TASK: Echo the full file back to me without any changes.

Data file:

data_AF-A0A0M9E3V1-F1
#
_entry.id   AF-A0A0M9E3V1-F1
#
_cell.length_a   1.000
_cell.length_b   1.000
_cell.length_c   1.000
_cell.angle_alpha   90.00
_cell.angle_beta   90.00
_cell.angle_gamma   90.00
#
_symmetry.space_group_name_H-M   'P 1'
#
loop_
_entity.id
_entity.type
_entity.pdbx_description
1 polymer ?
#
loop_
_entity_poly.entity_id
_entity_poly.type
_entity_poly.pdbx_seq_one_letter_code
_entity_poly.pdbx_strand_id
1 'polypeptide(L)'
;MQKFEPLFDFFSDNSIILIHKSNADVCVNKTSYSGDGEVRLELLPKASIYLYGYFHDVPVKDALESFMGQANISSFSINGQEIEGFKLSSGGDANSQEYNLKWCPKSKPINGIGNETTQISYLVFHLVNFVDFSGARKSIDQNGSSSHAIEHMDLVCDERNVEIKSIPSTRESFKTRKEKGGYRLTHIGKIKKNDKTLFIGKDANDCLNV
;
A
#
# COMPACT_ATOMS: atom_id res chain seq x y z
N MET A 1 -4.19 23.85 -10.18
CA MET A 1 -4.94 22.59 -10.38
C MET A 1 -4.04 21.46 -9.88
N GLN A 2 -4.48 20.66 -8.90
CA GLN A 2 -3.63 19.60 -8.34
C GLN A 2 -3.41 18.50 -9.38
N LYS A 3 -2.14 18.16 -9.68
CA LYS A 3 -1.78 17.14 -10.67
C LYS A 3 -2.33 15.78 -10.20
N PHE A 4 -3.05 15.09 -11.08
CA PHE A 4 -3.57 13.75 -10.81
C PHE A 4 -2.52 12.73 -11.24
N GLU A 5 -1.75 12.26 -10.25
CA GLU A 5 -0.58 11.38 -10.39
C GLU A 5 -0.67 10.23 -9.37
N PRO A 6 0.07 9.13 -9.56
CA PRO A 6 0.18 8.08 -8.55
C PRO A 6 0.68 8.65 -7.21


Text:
data_AF-A0A0M9E3V1-F1
#
_entry.id   AF-A0A0M9E3V1-F1
#
_cell.length_a   1.000
_cell.length_b   1.000
_cell.length_c   1.000
_cell.angle_alpha   90.00
_cell.angle_beta   90.00
_cell.angle_gamma   90.00
#
_symmetry.space_group_name_H-M   'P 1'
#
loop_
_entity.id
_entity.type
_entity.pdbx_description
1 polymer ?
#
loop_
_entity_poly.entity_id
_entity_poly.type
_entity_poly.pdbx_seq_one_letter_code
_entity_poly.pdbx_strand_id
1 'polypeptide(L)'
;MQKFEPLFDFFSDNSIILIHKSNADVCVNKTSYSGDGEVRLELLPKASIYLYGYFHDVPVKDALESFMGQANISSFSINGQEIEGFKLSSGGDANSQEYNLKWCPKSKPINGIGNETTQISYLVFHLVNFVDFSGARKSIDQNGSSSHAIEHMDLVCDERNVEIKSIPSTRESFKTRKEKGGYRLTHIGKIKKNDKTLFIGKDANDCLNV
;
A
#
# COMPACT_ATOMS: atom_id res chain seq x y z
N MET A 1 -4.19 23.85 -10.18
CA MET A 1 -4.94 22.59 -10.38
C MET A 1 -4.04 21.46 -9.88
N GLN A 2 -4.48 20.66 -8.90
CA GLN A 2 -3.63 19.60 -8.34
C GLN A 2 -3.41 18.50 -9.38
N LYS A 3 -2.14 18.16 -9.68
CA LYS A 3 -1.78 17.14 -10.67
C LYS A 3 -2.33 15.78 -10.20
N PHE A 4 -3.05 15.09 -11.08
CA PHE A 4 -3.57 13.75 -10.81
C PHE A 4 -2.52 12.73 -11.24
N GLU A 5 -1.75 12.26 -10.25
CA GLU A 5 -0.58 11.38 -10.39
C GLU A 5 -0.67 10.23 -9.37
N PRO A 6 0.07 9.13 -9.56
CA PRO A 6 0.18 8.08 -8.55
C PRO A 6 0.68 8.65 -7.21